# Mixing models between JuMP.jl and Convex.jl

I have been using JuMP for the last 2 years. I am now rather comfortable with the syntax and I have successfully solved some very complex models. For these reasons, JuMP is my preferred modeling environment. I often solve models with nonconvex terms.

For one specific problem, I have a base mixed integer model from a collabrator implemented in JuMP. This model has been sufficiently debugged and we have a nice workflow for solution visualization.

I am trying to solve a variant of this model where the objective in Log-Sum-Exponential[1]. All of the constraints are linear and some variables are integer. I have tried a few formulations for the objective, but I always run into numerical trouble. For example, using Parajeto.jl (as an Outer Approximation MINLP solver) with Gurobi and Ipopt, I often encounter NLP solver failures after a few iterations.

Is there a better way? Probably, given that Convex.jl has a built-in expression for log-sum-exponential. But for the reasons mentioned above, I would not like to manually translate my linear JuMP model to use Convex. Is there a way I can mix the two modeling environments?

[1] Actually the objective (min z) is of the form

z >= y f(x/y), y > 0

where y, z are scalar and x is vector valued. f( ) is the log-sum-exponential function. I am just starting to immerse myself in convex optimization literature. I think this can be formulated as a cone because f( ) is a convex function.

Yes, that term can be encoded using exponential cones (although I’m not sure if Convex.jl supports the perspective operation of logsumexp), and Pajarito will be the best way I’m aware of to solve mixed-integer convex problems with exponential cones.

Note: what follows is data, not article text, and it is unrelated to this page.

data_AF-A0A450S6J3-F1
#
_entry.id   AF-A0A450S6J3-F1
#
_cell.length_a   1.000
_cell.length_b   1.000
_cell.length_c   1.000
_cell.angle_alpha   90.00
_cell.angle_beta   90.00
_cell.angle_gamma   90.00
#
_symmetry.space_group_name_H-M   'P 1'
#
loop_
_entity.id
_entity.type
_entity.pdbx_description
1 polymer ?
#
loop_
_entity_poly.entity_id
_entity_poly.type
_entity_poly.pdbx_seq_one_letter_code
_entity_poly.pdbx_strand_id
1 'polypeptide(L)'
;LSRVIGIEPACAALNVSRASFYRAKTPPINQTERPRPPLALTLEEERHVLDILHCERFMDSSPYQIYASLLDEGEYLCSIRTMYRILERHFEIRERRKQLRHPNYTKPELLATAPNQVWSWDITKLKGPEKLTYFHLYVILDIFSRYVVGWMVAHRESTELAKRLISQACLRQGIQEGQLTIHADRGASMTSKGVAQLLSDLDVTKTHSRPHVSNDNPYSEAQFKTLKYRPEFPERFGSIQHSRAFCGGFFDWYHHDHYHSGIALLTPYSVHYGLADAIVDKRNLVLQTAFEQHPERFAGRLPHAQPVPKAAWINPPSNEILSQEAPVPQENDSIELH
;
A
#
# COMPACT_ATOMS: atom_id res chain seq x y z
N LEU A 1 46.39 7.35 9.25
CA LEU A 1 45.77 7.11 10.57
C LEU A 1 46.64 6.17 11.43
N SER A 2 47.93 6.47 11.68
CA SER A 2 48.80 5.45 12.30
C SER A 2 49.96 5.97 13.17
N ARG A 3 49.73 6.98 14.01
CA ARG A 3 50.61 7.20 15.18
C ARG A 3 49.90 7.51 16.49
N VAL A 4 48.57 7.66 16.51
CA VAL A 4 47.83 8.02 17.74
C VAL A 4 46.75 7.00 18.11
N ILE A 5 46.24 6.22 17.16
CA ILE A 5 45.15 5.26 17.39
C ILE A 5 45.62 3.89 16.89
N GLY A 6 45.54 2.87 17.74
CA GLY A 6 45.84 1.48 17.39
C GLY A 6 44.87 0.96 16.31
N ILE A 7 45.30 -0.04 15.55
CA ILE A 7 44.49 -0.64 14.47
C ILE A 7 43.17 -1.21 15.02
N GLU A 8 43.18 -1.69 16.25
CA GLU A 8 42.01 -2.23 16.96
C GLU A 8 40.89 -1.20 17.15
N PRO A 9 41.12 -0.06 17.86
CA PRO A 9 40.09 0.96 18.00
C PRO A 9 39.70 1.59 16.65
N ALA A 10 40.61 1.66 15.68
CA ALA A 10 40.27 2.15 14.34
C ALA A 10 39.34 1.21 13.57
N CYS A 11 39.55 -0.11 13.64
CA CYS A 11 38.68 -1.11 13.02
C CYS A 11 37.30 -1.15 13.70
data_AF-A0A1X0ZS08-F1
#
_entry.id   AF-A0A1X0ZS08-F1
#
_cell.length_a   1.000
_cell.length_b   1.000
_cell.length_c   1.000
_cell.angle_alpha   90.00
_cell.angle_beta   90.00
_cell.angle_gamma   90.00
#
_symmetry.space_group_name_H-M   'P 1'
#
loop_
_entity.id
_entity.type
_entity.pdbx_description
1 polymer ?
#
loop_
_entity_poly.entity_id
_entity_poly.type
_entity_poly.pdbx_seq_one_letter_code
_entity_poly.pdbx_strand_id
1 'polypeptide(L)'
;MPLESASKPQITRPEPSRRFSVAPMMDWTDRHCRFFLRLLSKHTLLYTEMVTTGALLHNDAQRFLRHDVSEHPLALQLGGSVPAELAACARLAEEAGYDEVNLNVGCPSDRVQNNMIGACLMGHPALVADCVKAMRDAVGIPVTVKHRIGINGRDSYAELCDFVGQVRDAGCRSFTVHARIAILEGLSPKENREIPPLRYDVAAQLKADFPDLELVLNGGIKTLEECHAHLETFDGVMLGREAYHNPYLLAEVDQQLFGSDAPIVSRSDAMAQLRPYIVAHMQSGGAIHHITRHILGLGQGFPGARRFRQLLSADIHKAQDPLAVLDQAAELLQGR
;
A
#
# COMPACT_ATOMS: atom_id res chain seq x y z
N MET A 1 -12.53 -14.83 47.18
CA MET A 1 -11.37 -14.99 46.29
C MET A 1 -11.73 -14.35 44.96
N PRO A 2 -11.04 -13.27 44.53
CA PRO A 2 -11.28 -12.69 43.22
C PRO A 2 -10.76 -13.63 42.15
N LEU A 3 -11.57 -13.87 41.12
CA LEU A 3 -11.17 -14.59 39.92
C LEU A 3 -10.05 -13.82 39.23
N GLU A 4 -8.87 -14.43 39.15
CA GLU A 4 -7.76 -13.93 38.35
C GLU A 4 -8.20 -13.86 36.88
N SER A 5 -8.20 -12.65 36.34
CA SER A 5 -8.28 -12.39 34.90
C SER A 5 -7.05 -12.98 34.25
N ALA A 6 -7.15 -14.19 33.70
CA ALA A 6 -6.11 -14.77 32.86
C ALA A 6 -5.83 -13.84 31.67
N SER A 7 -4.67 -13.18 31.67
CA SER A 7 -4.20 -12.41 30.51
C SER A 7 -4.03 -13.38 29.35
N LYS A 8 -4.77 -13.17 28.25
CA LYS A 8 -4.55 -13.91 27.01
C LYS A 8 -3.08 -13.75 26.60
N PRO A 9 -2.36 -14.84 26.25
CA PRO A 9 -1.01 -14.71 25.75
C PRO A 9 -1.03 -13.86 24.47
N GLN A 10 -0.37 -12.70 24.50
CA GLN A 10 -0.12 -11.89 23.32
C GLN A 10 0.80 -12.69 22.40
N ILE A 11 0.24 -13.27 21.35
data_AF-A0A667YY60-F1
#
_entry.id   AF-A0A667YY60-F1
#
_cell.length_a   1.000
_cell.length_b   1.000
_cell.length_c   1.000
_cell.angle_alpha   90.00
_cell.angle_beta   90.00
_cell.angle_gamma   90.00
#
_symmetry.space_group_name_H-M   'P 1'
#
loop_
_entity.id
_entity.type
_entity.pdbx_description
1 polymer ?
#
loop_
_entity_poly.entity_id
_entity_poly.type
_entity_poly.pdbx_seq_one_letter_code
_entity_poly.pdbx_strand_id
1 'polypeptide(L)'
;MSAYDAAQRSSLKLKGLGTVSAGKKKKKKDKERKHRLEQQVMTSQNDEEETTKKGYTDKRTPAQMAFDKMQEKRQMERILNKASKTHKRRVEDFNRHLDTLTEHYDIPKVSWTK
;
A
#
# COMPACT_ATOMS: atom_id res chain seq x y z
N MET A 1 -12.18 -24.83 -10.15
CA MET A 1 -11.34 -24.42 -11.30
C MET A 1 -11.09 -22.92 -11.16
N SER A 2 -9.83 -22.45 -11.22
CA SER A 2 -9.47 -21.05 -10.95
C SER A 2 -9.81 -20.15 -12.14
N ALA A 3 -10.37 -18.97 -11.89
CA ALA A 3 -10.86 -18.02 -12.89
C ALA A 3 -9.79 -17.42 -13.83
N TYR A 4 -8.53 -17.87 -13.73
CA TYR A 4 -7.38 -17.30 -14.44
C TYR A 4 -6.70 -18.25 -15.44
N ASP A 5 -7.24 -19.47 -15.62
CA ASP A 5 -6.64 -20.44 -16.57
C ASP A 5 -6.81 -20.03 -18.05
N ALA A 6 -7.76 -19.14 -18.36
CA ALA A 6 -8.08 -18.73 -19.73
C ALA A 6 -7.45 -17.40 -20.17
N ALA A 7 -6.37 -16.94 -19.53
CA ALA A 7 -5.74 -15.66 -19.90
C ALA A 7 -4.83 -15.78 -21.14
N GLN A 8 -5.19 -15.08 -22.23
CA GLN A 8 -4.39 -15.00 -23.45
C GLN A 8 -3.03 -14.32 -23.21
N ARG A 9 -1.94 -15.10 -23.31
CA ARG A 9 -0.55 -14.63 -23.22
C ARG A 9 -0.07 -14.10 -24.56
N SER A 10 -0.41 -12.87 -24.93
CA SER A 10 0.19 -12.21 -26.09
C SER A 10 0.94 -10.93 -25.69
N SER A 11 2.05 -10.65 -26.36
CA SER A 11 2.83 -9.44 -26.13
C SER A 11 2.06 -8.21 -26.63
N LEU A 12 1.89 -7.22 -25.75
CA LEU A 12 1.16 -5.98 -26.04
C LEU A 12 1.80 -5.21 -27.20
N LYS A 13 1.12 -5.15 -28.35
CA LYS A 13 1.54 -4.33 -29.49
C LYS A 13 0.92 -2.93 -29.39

Off the top of my head, if you have z >= y * logsumpexp(x/y), divide by y, take exp of both sides, then divide by exp(z/y), then multiply by y again you’ll get
y >= y*sum(exp.(x/y-z/y)) which can be expressed with exponential cones by introducing an auxiliary variable for each exp term.

Not really, besides extracting the full constraint matrix from JuMP and using it in an `A*x == b` type constraint in Convex.jl. At this point you could also generate the raw conic-form problem and call Pajarito directly. We’re planning on adding support for modeling exponential cones in JuMP over the summer. It will be close to the low-level format without the sort of automatic transformations which Convex.jl can perform.

Thanks, Miles. Reach out to me once you’ve added the exponential cone support to JuMP. I am happy to beta test.

Adding some additional variable bounds fixed the issues with restoration failure in Ipopt. I can now solve the problem using Pajarito (as a MINLP solver).